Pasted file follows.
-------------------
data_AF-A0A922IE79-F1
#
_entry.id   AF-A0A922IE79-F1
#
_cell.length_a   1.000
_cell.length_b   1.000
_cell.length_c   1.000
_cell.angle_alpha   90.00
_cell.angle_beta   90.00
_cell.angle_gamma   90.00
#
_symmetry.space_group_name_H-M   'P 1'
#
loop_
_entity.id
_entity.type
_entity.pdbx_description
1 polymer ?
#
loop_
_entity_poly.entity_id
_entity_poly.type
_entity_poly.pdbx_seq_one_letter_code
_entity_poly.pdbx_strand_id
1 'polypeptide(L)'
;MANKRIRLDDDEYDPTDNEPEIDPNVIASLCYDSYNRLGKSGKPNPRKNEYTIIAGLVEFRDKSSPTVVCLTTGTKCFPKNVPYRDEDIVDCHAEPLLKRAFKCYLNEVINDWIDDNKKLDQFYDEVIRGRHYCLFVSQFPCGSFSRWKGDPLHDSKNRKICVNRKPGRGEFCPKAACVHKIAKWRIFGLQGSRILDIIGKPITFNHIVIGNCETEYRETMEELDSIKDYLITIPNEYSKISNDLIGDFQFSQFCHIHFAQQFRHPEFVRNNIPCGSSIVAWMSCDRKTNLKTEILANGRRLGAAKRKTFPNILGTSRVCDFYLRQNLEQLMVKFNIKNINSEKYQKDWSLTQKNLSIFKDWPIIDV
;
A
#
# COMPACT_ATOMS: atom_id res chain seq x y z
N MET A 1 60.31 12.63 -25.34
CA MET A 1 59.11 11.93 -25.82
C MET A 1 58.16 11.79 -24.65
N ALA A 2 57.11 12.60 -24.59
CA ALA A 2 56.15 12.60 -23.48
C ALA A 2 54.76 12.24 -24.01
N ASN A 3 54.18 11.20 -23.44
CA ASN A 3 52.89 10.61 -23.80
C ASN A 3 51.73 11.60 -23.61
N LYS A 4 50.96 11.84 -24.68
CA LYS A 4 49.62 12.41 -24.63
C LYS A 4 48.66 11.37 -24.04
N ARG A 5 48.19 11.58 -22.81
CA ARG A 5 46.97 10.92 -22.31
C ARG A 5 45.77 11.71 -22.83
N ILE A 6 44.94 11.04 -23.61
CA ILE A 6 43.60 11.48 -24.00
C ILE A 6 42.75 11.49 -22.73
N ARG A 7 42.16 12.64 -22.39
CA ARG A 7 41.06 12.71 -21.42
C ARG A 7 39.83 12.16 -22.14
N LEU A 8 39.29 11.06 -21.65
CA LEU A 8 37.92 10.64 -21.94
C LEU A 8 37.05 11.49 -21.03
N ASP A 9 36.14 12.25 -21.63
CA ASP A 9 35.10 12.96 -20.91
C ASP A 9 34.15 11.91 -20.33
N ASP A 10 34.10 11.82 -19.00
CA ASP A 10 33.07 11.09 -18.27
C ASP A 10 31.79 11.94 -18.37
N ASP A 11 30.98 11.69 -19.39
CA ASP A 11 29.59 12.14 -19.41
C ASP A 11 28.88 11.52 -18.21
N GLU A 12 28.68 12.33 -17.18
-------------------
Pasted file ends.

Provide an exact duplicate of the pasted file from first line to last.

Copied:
data_AF-A0A922IE79-F1
#
_entry.id   AF-A0A922IE79-F1
#
_cell.length_a   1.000
_cell.length_b   1.000
_cell.length_c   1.000
_cell.angle_alpha   90.00
_cell.angle_beta   90.00
_cell.angle_gamma   90.00
#
_symmetry.space_group_name_H-M   'P 1'
#
loop_
_entity.id
_entity.type
_entity.pdbx_description
1 polymer ?
#
loop_
_entity_poly.entity_id
_entity_poly.type
_entity_poly.pdbx_seq_one_letter_code
_entity_poly.pdbx_strand_id
1 'polypeptide(L)'
;MANKRIRLDDDEYDPTDNEPEIDPNVIASLCYDSYNRLGKSGKPNPRKNEYTIIAGLVEFRDKSSPTVVCLTTGTKCFPKNVPYRDEDIVDCHAEPLLKRAFKCYLNEVINDWIDDNKKLDQFYDEVIRGRHYCLFVSQFPCGSFSRWKGDPLHDSKNRKICVNRKPGRGEFCPKAACVHKIAKWRIFGLQGSRILDIIGKPITFNHIVIGNCETEYRETMEELDSIKDYLITIPNEYSKISNDLIGDFQFSQFCHIHFAQQFRHPEFVRNNIPCGSSIVAWMSCDRKTNLKTEILANGRRLGAAKRKTFPNILGTSRVCDFYLRQNLEQLMVKFNIKNINSEKYQKDWSLTQKNLSIFKDWPIIDV
;
A
#
# COMPACT_ATOMS: atom_id res chain seq x y z
N MET A 1 60.31 12.63 -25.34
CA MET A 1 59.11 11.93 -25.82
C MET A 1 58.16 11.79 -24.65
N ALA A 2 57.11 12.60 -24.59
CA ALA A 2 56.15 12.60 -23.48
C ALA A 2 54.76 12.24 -24.01
N ASN A 3 54.18 11.20 -23.44
CA ASN A 3 52.89 10.61 -23.80
C ASN A 3 51.73 11.60 -23.61
N LYS A 4 50.96 11.84 -24.68
CA LYS A 4 49.62 12.41 -24.63
C LYS A 4 48.66 11.37 -24.04
N ARG A 5 48.19 11.58 -22.81
CA ARG A 5 46.97 10.92 -22.31
C ARG A 5 45.77 11.71 -22.83
N ILE A 6 44.94 11.04 -23.61
CA ILE A 6 43.60 11.48 -24.00
C ILE A 6 42.75 11.49 -22.73
N ARG A 7 42.16 12.64 -22.39
CA ARG A 7 41.06 12.71 -21.42
C ARG A 7 39.83 12.16 -22.14
N LEU A 8 39.29 11.06 -21.65
CA LEU A 8 37.92 10.64 -21.94
C LEU A 8 37.05 11.49 -21.03
N ASP A 9 36.14 12.25 -21.63
CA ASP A 9 35.10 12.96 -20.91
C ASP A 9 34.15 11.91 -20.33
N ASP A 10 34.10 11.82 -19.00
CA ASP A 10 33.07 11.09 -18.27
C ASP A 10 31.79 11.94 -18.37
N ASP A 11 30.98 11.69 -19.39
CA ASP A 11 29.59 12.14 -19.41
C ASP A 11 28.88 11.52 -18.21
N GLU A 12 28.68 12.33 -17.18